In 795 AD one of the first recorded Viking raids in Britain took place at the monastery of Iona in what is now Scotland. Dozens of raids and battles would follow, leading to the plunder of people, cattle, and, of course, portable wealth by Vikings.
These events appear in the historical sources, but is there any archaeological evidence for these raids? Can we identify what was taken, and how much?
The answers to these questions are surprisingly hard to find. But unsurprisingly, the evidence in the National Collection might add some twists to the story. Here are a few examples of the material we have and how we can understand it.
Archaeology of a raid
The historical evidence for Viking raids in Scotland is valuable but patchy. From the Irish annals, yearly records kept at monasteries, we get glimpses of audacious raids on churches and fortresses. Even these are not the full story, because these chronicles only reported a few key events in each year, mainly those relating to churches and their royal patrons. In this sense, it is no surprise that we hear a lot about raids on the monasteries of Iona and Dunkeld, because they are where annals were kept.
The silences are perhaps more surprising – for instance, what must have been a catastrophic raid also occurred at Dunkeld in 878, because the Irish annals record the relics of Columba arriving in Ireland to ‘escape the foreigners’. Yet there is no record of any specific attack in Scotland that year. The annals cannot be expected to be a complete account of Viking attacks in Scotland.
For all the attacks on monasteries we know did occur, finding archaeological evidence for them has been very tricky. The events of a single day can rarely be spotted in an excavation where centuries are compressed into layers of soil only inches thick. Out of all the early monasteries excavated in Scotland, only two have evidence for destruction events in the ninth to tenth centuries. At Portmahomack, the entire workshop area was seemingly burnt down, with smashed fragments of relief-carved crosses scattered throughout the ashes. Two individuals buried in the church have evidence for blade wounds to the cranium, and all of this is dated to within range of the ninth century. At Whithorn, the timber minster church and the adjacent stone chapel both suffered a catastrophic fire in the mid-ninth century. In both cases, these events seem to mark a turning point in the life of these two Christian sites.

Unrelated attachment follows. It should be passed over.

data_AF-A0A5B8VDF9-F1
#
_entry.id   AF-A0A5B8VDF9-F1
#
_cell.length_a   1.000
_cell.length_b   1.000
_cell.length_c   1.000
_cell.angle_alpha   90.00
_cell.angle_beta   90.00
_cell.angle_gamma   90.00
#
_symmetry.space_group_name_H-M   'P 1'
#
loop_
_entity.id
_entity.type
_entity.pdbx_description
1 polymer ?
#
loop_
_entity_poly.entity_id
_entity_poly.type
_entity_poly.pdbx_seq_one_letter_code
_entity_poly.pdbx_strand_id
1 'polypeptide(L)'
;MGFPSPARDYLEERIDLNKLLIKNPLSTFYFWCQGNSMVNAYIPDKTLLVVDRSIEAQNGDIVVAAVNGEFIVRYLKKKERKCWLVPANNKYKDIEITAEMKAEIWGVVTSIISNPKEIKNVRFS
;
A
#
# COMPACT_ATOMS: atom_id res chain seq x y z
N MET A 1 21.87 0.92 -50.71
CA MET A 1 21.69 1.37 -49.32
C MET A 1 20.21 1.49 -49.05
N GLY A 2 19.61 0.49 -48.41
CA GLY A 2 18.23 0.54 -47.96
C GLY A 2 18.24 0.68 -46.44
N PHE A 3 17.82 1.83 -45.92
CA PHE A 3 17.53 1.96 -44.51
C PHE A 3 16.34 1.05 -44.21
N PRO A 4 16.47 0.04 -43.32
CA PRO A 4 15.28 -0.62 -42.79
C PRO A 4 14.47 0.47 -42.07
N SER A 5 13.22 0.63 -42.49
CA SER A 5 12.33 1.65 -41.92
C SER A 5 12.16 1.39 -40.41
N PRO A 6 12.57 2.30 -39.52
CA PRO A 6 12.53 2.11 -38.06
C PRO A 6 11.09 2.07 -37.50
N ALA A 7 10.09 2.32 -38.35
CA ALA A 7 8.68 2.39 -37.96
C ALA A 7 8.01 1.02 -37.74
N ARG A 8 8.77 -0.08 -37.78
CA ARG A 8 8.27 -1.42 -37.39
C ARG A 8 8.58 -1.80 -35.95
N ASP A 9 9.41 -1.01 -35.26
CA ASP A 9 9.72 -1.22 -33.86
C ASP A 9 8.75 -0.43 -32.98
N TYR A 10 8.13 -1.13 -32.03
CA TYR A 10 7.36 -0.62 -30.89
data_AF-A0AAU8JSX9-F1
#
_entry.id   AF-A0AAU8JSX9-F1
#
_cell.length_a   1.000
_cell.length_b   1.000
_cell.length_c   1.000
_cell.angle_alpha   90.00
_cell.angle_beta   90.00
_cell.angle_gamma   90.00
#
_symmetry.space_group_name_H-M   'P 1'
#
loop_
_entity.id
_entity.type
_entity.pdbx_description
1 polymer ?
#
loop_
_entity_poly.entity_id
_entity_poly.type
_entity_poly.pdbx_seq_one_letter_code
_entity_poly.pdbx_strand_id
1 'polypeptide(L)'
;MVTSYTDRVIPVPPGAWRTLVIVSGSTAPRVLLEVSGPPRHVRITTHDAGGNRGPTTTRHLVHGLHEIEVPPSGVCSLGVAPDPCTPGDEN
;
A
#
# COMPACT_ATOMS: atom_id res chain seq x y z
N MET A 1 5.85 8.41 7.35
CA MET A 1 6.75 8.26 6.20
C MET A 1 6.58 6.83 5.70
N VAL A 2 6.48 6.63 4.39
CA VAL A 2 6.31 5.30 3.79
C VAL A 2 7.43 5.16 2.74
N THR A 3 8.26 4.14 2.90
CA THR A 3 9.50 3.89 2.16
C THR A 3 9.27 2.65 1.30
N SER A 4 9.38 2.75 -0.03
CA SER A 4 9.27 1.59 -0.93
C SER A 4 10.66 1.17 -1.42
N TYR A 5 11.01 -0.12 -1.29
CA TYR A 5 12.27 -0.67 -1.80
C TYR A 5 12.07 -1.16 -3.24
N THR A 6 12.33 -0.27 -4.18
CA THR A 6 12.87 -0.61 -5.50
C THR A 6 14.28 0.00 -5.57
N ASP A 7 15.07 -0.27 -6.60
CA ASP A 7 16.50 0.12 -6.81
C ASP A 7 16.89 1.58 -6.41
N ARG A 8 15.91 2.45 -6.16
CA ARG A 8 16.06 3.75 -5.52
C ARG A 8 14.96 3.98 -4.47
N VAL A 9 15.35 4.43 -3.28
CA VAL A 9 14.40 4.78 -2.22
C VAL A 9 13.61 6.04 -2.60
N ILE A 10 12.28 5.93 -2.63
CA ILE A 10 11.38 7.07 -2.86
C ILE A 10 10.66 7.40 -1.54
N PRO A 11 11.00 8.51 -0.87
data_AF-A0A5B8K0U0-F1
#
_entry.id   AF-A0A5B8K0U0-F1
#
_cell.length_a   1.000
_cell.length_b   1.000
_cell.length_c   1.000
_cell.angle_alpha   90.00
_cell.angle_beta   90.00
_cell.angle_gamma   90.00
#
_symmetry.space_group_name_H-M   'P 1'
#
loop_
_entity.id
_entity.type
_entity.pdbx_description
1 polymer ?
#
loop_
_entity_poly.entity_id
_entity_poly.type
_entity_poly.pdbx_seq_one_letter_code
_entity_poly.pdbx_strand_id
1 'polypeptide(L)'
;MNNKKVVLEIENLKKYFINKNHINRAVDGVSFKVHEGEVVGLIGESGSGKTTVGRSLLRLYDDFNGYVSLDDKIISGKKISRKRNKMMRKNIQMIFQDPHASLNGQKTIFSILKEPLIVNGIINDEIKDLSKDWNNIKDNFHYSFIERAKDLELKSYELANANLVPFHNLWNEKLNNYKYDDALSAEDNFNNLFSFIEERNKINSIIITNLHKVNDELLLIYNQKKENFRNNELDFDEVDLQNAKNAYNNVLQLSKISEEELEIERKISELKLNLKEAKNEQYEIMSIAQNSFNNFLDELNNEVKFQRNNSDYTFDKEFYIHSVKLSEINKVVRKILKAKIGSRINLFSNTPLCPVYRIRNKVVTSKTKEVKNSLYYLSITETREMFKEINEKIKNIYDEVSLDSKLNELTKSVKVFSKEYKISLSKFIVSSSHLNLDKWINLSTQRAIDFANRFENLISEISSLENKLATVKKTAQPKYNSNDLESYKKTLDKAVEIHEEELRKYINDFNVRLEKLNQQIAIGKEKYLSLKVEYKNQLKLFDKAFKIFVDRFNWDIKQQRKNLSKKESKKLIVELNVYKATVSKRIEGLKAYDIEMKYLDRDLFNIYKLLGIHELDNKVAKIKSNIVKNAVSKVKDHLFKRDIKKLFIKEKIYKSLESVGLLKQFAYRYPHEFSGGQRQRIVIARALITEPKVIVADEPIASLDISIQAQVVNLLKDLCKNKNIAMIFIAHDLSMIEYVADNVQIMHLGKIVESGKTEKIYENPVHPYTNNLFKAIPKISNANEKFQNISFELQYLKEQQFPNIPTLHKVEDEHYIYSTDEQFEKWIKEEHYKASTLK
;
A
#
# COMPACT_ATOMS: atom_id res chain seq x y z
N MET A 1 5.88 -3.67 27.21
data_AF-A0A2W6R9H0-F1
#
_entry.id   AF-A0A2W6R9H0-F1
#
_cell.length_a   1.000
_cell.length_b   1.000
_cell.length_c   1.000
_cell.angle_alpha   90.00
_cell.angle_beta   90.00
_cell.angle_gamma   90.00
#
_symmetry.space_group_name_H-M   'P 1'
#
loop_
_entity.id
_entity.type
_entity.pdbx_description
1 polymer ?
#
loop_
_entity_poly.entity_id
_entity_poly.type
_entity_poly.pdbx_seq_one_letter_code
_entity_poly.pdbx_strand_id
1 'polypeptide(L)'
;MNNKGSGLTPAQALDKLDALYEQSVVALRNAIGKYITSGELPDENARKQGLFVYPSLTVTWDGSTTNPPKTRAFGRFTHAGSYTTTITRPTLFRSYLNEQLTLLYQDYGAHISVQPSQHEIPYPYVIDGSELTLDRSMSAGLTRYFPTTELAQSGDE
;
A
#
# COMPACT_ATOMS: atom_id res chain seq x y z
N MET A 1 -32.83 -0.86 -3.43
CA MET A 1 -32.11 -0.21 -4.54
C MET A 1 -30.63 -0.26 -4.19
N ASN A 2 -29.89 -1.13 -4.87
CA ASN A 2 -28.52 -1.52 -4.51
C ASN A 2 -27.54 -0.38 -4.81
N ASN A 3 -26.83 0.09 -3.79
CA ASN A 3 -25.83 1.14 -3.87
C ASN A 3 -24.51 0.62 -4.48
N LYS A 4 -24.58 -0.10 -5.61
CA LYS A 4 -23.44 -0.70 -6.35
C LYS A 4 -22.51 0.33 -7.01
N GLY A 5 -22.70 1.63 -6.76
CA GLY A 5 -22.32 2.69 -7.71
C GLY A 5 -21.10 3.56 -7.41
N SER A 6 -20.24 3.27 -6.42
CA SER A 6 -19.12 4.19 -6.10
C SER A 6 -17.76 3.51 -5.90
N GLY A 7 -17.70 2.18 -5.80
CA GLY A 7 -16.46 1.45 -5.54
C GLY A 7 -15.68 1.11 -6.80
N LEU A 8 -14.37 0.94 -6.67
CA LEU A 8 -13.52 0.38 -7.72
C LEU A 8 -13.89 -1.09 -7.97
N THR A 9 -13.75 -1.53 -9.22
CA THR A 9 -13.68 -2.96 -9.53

These facts alone do not prove a Viking attack of course – Christians could and did attack the churches of their rivals even before and during the Viking Age, and accidental fires in timber-built structures can be catastrophic at any time. The case is rather stronger at Portmahomack than anywhere else when all the archaeological evidence is put together; the excavation report is available to download in open access via the Society of Antiquaries of Scotland – read it and judge for yourself.
Loot in burials
In previous posts I have discussed some well-known objects which were clearly looted by Viking raiders. We know this because in many cases they consist of metalwork elements and fittings from Christian shrines, reliquaries, altar plate and other ecclesiastical accoutrements which have been taken out of their normal functions and repurposed for use as grave goods. These include vessels and ladles which were likely used for holy water or wine at Eigg, Colonsay and Islay, or the hinged strap holders of a portable reliquary-shrine, which were refashioned into shoulder brooches and buried in a female grave on Oronsay.